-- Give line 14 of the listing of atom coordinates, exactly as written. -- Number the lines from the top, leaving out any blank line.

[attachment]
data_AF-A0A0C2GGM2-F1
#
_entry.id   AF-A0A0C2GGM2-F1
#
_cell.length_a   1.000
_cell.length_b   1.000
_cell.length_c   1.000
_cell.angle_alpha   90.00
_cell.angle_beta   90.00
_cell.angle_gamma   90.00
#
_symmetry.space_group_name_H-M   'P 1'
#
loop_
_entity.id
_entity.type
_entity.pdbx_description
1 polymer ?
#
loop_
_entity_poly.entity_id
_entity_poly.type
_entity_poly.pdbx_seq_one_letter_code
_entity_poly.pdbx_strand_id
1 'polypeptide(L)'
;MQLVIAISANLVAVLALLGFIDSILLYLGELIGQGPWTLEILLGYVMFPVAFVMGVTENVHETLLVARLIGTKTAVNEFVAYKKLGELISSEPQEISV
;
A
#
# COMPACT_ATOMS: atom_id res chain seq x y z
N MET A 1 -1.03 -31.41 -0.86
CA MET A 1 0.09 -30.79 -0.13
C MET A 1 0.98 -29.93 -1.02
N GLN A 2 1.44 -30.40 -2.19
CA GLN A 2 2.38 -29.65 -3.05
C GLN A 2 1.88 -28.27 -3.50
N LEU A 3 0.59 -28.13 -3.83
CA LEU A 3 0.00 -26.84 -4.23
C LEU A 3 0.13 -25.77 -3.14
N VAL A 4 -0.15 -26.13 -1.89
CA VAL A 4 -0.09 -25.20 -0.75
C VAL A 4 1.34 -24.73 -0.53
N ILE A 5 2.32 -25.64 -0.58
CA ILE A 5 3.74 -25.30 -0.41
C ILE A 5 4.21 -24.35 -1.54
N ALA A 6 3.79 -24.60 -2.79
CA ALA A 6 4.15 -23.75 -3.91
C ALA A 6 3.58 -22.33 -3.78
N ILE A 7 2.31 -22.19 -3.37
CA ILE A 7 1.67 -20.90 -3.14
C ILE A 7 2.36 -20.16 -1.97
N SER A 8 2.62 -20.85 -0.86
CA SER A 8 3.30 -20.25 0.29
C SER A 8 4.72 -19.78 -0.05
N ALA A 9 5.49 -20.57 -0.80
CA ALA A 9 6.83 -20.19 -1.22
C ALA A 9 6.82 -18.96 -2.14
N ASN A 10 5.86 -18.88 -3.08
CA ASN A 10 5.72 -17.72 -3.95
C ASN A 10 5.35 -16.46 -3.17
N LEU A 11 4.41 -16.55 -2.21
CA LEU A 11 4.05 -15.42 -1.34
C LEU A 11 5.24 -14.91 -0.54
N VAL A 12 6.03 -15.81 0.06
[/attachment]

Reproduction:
loop_